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[Acute catatonia and neuroleptic malignant syndrome. A case of infantile psychosis].
Encephale. 1994 May-Jun; 20(3):351-4.E

Abstract

Similar clinical and biological features in lethal catatonia (LC) and neuroleptic malignant syndrome (NMS) suggest a relationship between both affections and common physiopathologic mechanisms. Pharmacological effects of several drugs--dopaminergic agonists, benzodiazepines, carbamazepine--suggest an impairment of several systems of neurotransmitters. We report the case of a young woman with infantile psychosis who developed catatonic syndrome worsened by neuroleptic treatment, arising the problem of the chronology of both affections. The evolution with treatment may partially explain the physiopathology. A 18-year old woman with an history of infantile psychosis, experienced insomnia, anorexia, paradoxical agitation developed after affective traumatism (mother's hospitalization). Chlorazepate (150 mg) remained inefficient and hospitalization was necessary. The patient was dumb, prostate in bed. She presented negativism, rigidity of the four limbs, catalepsia and hyperpyrexia (38.5 degrees C). Hepatic transaminases were increased (SGOT: 71 UI/l; N < 30). After cumulated dose of levomepromazine (100 mg) profuse sudation, thermic and cardiovascular instability, alteration of consciousness, major rigidity of limbs appeared. (Blood) hepatic transaminases and muscular enzymes increased. Bacteriological samples, cerebrospinal fluid analysis, CT-scan and EEG were normal. Within 48 hours after rehydratation and bromocriptine (30 mg per day) alteration of consciousness and autonomic disorders decreased but hyperpyrexia (38 degrees C) persisted. Biological parameters were normalized 10 days later. Negativism and psychomotor inertia remained. Lorazepam (3 mg per day) failed to be clinically beneficial. On carbamazepine (600 mg per day) she started speaking and moving spontaneously. Catalepsia disappeared but rigidity and anorexia persisted. Electroconvulsivotherapy (ECT) was necessary. After 2 shocks she started standing up, walking, taking food and speaking fluently.(

ABSTRACT

TRUNCATED AT 250 WORDS)

Authors+Show Affiliations

Service de Psychiatrie Adulte, CHRU Unités de Soins Normalisées, Lille.No affiliation info availableNo affiliation info availableNo affiliation info availableNo affiliation info availableNo affiliation info available

Pub Type(s)

Case Reports
English Abstract
Journal Article

Language

fre

PubMed ID

7916282

Citation

Revuelta, E, et al. "[Acute Catatonia and Neuroleptic Malignant Syndrome. a Case of Infantile Psychosis]." L'Encephale, vol. 20, no. 3, 1994, pp. 351-4.
Revuelta E, Bordet R, Piquet T, et al. [Acute catatonia and neuroleptic malignant syndrome. A case of infantile psychosis]. Encephale. 1994;20(3):351-4.
Revuelta, E., Bordet, R., Piquet, T., Ghawche, F., Destee, A., & Goudemand, M. (1994). [Acute catatonia and neuroleptic malignant syndrome. A case of infantile psychosis]. L'Encephale, 20(3), 351-4.
Revuelta E, et al. [Acute Catatonia and Neuroleptic Malignant Syndrome. a Case of Infantile Psychosis]. Encephale. 1994 May-Jun;20(3):351-4. PubMed PMID: 7916282.
* Article titles in AMA citation format should be in sentence-case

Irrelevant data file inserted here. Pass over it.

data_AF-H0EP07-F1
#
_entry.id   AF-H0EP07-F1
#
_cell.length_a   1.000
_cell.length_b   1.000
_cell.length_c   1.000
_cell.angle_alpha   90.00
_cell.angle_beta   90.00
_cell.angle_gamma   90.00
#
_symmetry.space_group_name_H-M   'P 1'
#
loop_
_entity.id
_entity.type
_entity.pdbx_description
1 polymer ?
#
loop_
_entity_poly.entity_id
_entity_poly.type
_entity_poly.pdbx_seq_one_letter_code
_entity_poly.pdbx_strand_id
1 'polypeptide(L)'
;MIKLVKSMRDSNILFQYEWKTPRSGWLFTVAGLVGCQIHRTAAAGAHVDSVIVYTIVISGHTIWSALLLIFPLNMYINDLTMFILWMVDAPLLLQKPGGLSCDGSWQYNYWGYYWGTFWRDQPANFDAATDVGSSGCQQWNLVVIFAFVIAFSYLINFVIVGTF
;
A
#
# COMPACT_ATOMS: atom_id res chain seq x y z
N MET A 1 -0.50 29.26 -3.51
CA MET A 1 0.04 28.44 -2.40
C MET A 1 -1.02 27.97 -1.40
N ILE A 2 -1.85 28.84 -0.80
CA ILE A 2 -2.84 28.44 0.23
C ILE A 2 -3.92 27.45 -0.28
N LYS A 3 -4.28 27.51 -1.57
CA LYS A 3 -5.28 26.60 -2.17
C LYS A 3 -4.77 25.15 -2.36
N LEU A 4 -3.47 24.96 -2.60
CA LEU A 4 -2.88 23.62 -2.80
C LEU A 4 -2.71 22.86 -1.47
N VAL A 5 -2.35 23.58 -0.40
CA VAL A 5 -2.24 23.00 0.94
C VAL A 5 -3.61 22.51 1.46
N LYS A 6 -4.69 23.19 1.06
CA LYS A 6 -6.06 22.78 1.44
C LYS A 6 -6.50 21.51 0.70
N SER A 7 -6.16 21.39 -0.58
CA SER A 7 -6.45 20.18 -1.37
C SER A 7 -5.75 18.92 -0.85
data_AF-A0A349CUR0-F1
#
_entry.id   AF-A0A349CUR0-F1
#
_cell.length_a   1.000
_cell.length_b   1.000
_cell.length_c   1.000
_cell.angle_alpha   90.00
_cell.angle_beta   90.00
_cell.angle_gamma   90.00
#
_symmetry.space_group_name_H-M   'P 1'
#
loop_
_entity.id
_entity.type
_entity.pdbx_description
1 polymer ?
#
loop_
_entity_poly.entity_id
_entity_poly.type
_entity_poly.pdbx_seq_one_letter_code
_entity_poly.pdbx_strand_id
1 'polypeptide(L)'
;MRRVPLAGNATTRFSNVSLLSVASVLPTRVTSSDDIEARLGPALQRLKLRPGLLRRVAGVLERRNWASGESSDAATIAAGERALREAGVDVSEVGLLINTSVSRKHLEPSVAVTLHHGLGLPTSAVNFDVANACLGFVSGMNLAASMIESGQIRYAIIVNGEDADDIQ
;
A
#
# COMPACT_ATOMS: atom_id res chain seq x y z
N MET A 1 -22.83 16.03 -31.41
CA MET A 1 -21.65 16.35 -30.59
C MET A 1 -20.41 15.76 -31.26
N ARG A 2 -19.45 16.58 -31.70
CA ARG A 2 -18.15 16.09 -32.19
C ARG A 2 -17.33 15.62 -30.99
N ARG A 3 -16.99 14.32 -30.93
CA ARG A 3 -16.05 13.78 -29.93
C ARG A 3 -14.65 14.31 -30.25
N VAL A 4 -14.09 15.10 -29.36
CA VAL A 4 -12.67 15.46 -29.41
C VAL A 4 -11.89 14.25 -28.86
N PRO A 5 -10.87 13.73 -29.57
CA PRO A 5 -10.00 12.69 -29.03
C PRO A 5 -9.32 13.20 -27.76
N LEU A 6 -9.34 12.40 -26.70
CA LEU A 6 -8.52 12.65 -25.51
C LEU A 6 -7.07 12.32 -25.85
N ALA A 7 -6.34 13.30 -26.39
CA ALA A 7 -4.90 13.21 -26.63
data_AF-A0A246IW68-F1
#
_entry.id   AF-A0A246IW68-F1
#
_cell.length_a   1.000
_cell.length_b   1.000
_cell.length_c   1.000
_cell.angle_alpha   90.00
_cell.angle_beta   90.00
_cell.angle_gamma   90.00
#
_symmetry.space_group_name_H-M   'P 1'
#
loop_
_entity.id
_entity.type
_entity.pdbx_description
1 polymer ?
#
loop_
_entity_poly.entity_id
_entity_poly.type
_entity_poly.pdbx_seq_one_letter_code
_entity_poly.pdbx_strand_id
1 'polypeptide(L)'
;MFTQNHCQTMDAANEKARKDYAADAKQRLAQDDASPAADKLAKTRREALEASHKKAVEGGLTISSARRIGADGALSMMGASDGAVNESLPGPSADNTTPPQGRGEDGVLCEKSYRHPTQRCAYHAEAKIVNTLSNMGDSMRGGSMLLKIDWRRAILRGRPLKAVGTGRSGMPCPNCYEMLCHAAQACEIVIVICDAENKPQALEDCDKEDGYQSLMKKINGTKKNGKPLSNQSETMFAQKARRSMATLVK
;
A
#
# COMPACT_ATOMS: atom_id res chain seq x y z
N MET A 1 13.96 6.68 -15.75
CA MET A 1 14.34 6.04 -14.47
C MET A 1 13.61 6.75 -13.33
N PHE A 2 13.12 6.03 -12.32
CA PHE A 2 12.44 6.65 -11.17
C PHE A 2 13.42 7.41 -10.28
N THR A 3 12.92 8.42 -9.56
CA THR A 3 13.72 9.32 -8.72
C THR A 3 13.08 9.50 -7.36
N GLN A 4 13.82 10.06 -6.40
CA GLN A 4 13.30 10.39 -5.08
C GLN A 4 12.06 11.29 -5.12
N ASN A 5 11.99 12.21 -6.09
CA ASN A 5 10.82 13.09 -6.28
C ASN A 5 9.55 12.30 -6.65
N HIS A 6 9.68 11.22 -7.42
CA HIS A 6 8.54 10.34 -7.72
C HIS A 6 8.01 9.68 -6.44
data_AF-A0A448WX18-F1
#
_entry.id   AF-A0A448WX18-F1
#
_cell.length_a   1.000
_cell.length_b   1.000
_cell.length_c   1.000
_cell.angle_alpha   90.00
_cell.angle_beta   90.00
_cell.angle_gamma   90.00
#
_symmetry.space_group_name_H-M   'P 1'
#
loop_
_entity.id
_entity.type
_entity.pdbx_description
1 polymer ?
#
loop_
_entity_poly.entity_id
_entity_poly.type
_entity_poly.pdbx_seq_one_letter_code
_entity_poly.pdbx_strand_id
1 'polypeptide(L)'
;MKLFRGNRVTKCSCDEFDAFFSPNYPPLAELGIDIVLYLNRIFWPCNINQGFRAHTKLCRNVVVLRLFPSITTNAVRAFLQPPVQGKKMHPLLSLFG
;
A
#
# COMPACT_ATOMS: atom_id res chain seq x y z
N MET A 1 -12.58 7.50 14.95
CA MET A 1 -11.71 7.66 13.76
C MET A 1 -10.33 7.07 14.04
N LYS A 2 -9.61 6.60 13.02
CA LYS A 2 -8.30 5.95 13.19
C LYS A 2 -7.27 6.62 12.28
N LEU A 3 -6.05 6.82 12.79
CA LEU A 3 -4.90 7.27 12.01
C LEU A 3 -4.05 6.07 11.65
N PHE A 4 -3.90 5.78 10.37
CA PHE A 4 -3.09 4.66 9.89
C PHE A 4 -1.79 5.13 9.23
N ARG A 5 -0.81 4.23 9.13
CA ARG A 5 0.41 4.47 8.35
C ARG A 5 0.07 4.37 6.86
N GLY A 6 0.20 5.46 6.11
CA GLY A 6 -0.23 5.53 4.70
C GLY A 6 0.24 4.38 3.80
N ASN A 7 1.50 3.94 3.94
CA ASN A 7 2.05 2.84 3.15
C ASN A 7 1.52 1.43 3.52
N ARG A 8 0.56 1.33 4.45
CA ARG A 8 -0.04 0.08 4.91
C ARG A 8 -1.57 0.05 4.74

TY - JOUR T1 - [Acute catatonia and neuroleptic malignant syndrome. A case of infantile psychosis]. AU - Revuelta,E, AU - Bordet,R, AU - Piquet,T, AU - Ghawche,F, AU - Destee,A, AU - Goudemand,M, PY - 1994/5/1/pubmed PY - 1994/5/1/medline PY - 1994/5/1/entrez SP - 351 EP - 4 JF - L'Encephale JO - Encephale VL - 20 IS - 3 N2 - Similar clinical and biological features in lethal catatonia (LC) and neuroleptic malignant syndrome (NMS) suggest a relationship between both affections and common physiopathologic mechanisms. Pharmacological effects of several drugs--dopaminergic agonists, benzodiazepines, carbamazepine--suggest an impairment of several systems of neurotransmitters. We report the case of a young woman with infantile psychosis who developed catatonic syndrome worsened by neuroleptic treatment, arising the problem of the chronology of both affections. The evolution with treatment may partially explain the physiopathology. A 18-year old woman with an history of infantile psychosis, experienced insomnia, anorexia, paradoxical agitation developed after affective traumatism (mother's hospitalization). Chlorazepate (150 mg) remained inefficient and hospitalization was necessary. The patient was dumb, prostate in bed. She presented negativism, rigidity of the four limbs, catalepsia and hyperpyrexia (38.5 degrees C). Hepatic transaminases were increased (SGOT: 71 UI/l; N < 30). After cumulated dose of levomepromazine (100 mg) profuse sudation, thermic and cardiovascular instability, alteration of consciousness, major rigidity of limbs appeared. (Blood) hepatic transaminases and muscular enzymes increased. Bacteriological samples, cerebrospinal fluid analysis, CT-scan and EEG were normal. Within 48 hours after rehydratation and bromocriptine (30 mg per day) alteration of consciousness and autonomic disorders decreased but hyperpyrexia (38 degrees C) persisted. Biological parameters were normalized 10 days later. Negativism and psychomotor inertia remained. Lorazepam (3 mg per day) failed to be clinically beneficial. On carbamazepine (600 mg per day) she started speaking and moving spontaneously. Catalepsia disappeared but rigidity and anorexia persisted. Electroconvulsivotherapy (ECT) was necessary. After 2 shocks she started standing up, walking, taking food and speaking fluently.(ABSTRACT TRUNCATED AT 250 WORDS) SN - 0013-7006 UR - https://www.unboundmedicine.com/medline/citation/7916282/[Acute_catatonia_and_neuroleptic_malignant_syndrome__A_case_of_infantile_psychosis]_ L2 - http://www.diseaseinfosearch.org/result/5187 DB - PRIME DP - Unbound Medicine ER -